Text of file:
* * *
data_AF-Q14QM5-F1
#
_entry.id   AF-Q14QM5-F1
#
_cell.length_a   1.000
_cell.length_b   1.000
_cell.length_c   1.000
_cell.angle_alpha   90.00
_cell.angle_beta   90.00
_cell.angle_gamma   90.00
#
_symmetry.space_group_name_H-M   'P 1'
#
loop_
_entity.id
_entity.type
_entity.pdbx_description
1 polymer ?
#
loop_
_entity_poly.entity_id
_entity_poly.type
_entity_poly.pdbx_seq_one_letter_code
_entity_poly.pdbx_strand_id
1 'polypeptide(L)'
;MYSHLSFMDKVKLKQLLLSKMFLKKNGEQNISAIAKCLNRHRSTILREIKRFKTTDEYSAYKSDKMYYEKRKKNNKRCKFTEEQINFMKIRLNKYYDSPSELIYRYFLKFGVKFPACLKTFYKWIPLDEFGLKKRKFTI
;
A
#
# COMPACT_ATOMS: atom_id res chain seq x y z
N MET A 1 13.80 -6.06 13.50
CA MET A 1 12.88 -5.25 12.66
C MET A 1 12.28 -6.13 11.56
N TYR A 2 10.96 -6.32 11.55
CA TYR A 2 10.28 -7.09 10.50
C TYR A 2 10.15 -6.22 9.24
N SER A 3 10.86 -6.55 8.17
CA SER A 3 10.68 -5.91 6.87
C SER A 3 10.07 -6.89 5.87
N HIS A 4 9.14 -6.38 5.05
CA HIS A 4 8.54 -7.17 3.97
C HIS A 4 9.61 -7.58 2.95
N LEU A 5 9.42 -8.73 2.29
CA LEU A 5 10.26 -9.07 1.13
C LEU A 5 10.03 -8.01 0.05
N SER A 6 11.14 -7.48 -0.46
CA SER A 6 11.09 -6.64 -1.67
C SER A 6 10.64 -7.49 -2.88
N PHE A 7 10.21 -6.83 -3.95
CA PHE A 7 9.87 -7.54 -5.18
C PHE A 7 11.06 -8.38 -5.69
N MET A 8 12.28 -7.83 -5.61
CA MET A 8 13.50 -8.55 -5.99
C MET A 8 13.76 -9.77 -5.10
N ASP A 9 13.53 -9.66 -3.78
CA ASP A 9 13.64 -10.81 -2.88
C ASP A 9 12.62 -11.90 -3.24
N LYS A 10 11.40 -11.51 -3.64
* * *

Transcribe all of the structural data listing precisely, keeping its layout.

data_AF-Q14QM5-F1
#
_entry.id   AF-Q14QM5-F1
#
_cell.length_a   1.000
_cell.length_b   1.000
_cell.length_c   1.000
_cell.angle_alpha   90.00
_cell.angle_beta   90.00
_cell.angle_gamma   90.00
#
_symmetry.space_group_name_H-M   'P 1'
#
loop_
_entity.id
_entity.type
_entity.pdbx_description
1 polymer ?
#
loop_
_entity_poly.entity_id
_entity_poly.type
_entity_poly.pdbx_seq_one_letter_code
_entity_poly.pdbx_strand_id
1 'polypeptide(L)'
;MYSHLSFMDKVKLKQLLLSKMFLKKNGEQNISAIAKCLNRHRSTILREIKRFKTTDEYSAYKSDKMYYEKRKKNNKRCKFTEEQINFMKIRLNKYYDSPSELIYRYFLKFGVKFPACLKTFYKWIPLDEFGLKKRKFTI
;
A
#
# COMPACT_ATOMS: atom_id res chain seq x y z
N MET A 1 13.80 -6.06 13.50
CA MET A 1 12.88 -5.25 12.66
C MET A 1 12.28 -6.13 11.56
N TYR A 2 10.96 -6.32 11.55
CA TYR A 2 10.28 -7.09 10.50
C TYR A 2 10.15 -6.22 9.24
N SER A 3 10.86 -6.55 8.17
CA SER A 3 10.68 -5.91 6.87
C SER A 3 10.07 -6.89 5.87
N HIS A 4 9.14 -6.38 5.05
CA HIS A 4 8.54 -7.17 3.97
C HIS A 4 9.61 -7.58 2.95
N LEU A 5 9.42 -8.73 2.29
CA LEU A 5 10.26 -9.07 1.13
C LEU A 5 10.03 -8.01 0.05
N SER A 6 11.14 -7.48 -0.46
CA SER A 6 11.09 -6.64 -1.67
C SER A 6 10.64 -7.49 -2.88
N PHE A 7 10.21 -6.83 -3.95
CA PHE A 7 9.87 -7.54 -5.18
C PHE A 7 11.06 -8.38 -5.69
N MET A 8 12.28 -7.83 -5.61
CA MET A 8 13.50 -8.55 -5.99
C MET A 8 13.76 -9.77 -5.10
N ASP A 9 13.53 -9.66 -3.78
CA ASP A 9 13.64 -10.81 -2.88
C ASP A 9 12.62 -11.90 -3.24
N LYS A 10 11.40 -11.51 -3.64